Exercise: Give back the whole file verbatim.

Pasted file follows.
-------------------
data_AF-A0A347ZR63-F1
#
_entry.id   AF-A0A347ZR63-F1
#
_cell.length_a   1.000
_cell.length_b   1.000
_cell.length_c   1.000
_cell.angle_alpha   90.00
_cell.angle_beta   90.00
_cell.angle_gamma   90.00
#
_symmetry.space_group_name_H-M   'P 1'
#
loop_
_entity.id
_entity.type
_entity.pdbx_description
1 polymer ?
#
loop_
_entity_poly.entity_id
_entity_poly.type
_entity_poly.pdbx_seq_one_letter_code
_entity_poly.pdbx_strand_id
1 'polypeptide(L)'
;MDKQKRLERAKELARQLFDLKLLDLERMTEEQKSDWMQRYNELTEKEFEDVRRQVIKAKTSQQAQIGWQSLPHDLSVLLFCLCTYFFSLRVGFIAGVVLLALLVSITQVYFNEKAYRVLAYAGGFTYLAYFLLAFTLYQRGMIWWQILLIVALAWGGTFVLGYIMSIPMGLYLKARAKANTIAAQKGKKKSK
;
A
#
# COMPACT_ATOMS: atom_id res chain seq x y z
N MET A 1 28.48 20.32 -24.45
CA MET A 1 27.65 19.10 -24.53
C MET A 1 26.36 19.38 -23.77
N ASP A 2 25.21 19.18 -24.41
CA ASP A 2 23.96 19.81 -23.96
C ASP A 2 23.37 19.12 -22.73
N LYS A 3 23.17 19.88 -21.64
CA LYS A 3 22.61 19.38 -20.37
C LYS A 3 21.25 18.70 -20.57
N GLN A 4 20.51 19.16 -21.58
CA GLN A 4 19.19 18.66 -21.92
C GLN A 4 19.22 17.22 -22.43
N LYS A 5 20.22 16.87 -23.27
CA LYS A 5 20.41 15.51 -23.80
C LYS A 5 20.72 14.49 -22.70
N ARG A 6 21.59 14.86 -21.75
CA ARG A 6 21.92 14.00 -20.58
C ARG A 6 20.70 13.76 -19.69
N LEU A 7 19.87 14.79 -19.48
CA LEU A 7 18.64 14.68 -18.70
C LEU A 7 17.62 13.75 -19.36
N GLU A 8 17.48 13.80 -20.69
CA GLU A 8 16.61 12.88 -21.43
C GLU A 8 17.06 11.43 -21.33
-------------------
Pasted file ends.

data_AF-A0A347ZR63-F1
#
_entry.id   AF-A0A347ZR63-F1
#
_cell.length_a   1.000
_cell.length_b   1.000
_cell.length_c   1.000
_cell.angle_alpha   90.00
_cell.angle_beta   90.00
_cell.angle_gamma   90.00
#
_symmetry.space_group_name_H-M   'P 1'
#
loop_
_entity.id
_entity.type
_entity.pdbx_description
1 polymer ?
#
loop_
_entity_poly.entity_id
_entity_poly.type
_entity_poly.pdbx_seq_one_letter_code
_entity_poly.pdbx_strand_id
1 'polypeptide(L)'
;MDKQKRLERAKELARQLFDLKLLDLERMTEEQKSDWMQRYNELTEKEFEDVRRQVIKAKTSQQAQIGWQSLPHDLSVLLFCLCTYFFSLRVGFIAGVVLLALLVSITQVYFNEKAYRVLAYAGGFTYLAYFLLAFTLYQRGMIWWQILLIVALAWGGTFVLGYIMSIPMGLYLKARAKANTIAAQKGKKKSK
;
A
#
# COMPACT_ATOMS: atom_id res chain seq x y z
N MET A 1 28.48 20.32 -24.45
CA MET A 1 27.65 19.10 -24.53
C MET A 1 26.36 19.38 -23.77
N ASP A 2 25.21 19.18 -24.41
CA ASP A 2 23.96 19.81 -23.96
C ASP A 2 23.37 19.12 -22.73
N LYS A 3 23.17 19.88 -21.64
CA LYS A 3 22.61 19.38 -20.37
C LYS A 3 21.25 18.70 -20.57
N GLN A 4 20.51 19.16 -21.58
CA GLN A 4 19.19 18.66 -21.92
C GLN A 4 19.22 17.22 -22.43
N LYS A 5 20.22 16.87 -23.27
CA LYS A 5 20.41 15.51 -23.80
C LYS A 5 20.72 14.49 -22.70
N ARG A 6 21.59 14.86 -21.75
CA ARG A 6 21.92 14.00 -20.58
C ARG A 6 20.70 13.76 -19.69
N LEU A 7 19.87 14.79 -19.48
CA LEU A 7 18.64 14.68 -18.70
C LEU A 7 17.62 13.75 -19.36
N GLU A 8 17.48 13.80 -20.69
CA GLU A 8 16.61 12.88 -21.43
C GLU A 8 17.06 11.43 -21.33